Jennifer Ashton, MD: When I lost my ex-husband, I was on a prescription for two weeks. I was literally doing everything I could to keep myself upright for my kids and try my best not to collapse. Today, I manage my stress and anxiety by meditating every weekday morning and try to meditate on the weekend as well. Mediation has truly made a huge difference in my life, but there have been times after losing my ex-husband, and certainly during the pandemic, where I’ve experienced such extreme anxiety that I’ve had to take a one-time prescription medication. I don’t consider it any different than taking Tylenol to treat pain. In terms of physiology, if anxiety and depression are persistent and left untreated, they can lead to a cascade of other physical and psychological health problems.

If someone has severe anxiety that goes on day after day, they are churning out high levels of cortisol, epinephrine, adrenaline and norepinephrine which can damage the brain and vascular system and suppress the immune system. By tackling anxiety and depression symptoms early, women can save themselves from future health problems.

Healthy women: What are some of the most common health questions or concerns women ask you?

Jennifer Ashton, MD: I think by far the most common health issues relate to menopause, hormones, hair loss, and weight/nutrition. In 2013, I went back to college to get a master’s degree in nutrition and earned my obesity health medicine certification because nearly all women have questions related to one of these areas. I’m glad to see more attention being paid to menopause, partly because it’s the social atmosphere of the time, but also because many women today are living longer and aging better, making 50 the new 40 and 60 the new 50.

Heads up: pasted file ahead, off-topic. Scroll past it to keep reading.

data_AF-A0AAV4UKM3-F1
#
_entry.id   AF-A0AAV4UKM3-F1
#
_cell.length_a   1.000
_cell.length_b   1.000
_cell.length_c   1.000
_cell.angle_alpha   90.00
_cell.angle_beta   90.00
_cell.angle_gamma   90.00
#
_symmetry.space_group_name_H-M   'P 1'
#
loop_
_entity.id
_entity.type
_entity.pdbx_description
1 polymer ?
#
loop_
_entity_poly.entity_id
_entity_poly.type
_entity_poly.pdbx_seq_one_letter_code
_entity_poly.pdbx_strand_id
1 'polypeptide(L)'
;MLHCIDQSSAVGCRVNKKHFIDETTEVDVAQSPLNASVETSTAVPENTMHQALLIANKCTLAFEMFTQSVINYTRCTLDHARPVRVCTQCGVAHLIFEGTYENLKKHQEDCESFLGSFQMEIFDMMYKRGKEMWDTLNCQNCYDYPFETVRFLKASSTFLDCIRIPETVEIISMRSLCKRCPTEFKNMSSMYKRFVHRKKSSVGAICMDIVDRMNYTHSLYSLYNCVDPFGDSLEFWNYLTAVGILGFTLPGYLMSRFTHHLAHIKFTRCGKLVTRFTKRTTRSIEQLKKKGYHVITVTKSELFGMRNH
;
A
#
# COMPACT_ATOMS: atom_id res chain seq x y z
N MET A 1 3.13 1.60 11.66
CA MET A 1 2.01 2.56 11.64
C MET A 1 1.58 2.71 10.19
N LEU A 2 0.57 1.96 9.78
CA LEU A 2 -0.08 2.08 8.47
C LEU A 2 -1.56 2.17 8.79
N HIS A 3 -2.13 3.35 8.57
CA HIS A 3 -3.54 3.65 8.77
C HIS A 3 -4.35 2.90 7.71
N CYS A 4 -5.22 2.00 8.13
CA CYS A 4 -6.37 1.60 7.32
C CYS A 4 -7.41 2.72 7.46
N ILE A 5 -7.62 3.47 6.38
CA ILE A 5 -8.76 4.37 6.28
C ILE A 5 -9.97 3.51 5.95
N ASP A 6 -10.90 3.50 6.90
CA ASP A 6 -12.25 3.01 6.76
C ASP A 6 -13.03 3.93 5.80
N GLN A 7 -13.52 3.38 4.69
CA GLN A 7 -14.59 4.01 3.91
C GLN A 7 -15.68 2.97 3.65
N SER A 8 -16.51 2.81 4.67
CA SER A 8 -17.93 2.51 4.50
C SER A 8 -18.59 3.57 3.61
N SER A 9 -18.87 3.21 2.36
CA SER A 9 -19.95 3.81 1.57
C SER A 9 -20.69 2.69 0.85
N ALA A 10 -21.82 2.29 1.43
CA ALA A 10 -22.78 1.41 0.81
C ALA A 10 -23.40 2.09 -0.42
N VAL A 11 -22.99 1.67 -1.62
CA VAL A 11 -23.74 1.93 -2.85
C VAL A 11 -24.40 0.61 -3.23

Watch: The 3 Stages of Menopause >>

For women, talking about menopause has become more acceptable and mainstream, but I think everyone should be talking about menopause, including men. I also believe it is important to get reliable information about menopause from board-certified gynecologists and reputable health experts. Right now, many people are turning to social media for information, and those sources aren’t always credible and legitimate.

Healthy women: What advice would you give to women who want to stay healthy as they get older?

Jennifer Ashton, MD: I think most importantly, and I talk about it in my books and in my new magazine, Better, is something I call “the good health trifecta.” Your body needs three things every day: fuel, which is our food; rest, which is our sleep; and movement, which is our level of fitness and activity. Our bodies are intelligent machines, so they adapt and adapt to our lifestyles. We must constantly make sure that we are giving our body what it needs to keep us healthy. The way I describe it to people when they ask me how I find time to meditate each day is, “I can’t find the time. I make time,” which means waking up 40 minutes early so I can do 20 minutes of meditation before the day slips by. Pick the self-care rituals that are important to you and try to practice them most days.

Read: Self-care on a budget >>

Healthy women: What awaits you?

Jennifer Ashton, MD.: Well, I have some exciting projects lined up in the fields of menopause and nutrition in 2024, and I think my credentials in obesity medicine, nutrition, and women’s health really position me to be especially helpful to women who are going through weight issues, menopause, or hormonal issues. I can’t say much more about the projects right now, but I’ll be releasing more details in the coming months about mine Instagram and on GMA3. Stay tuned!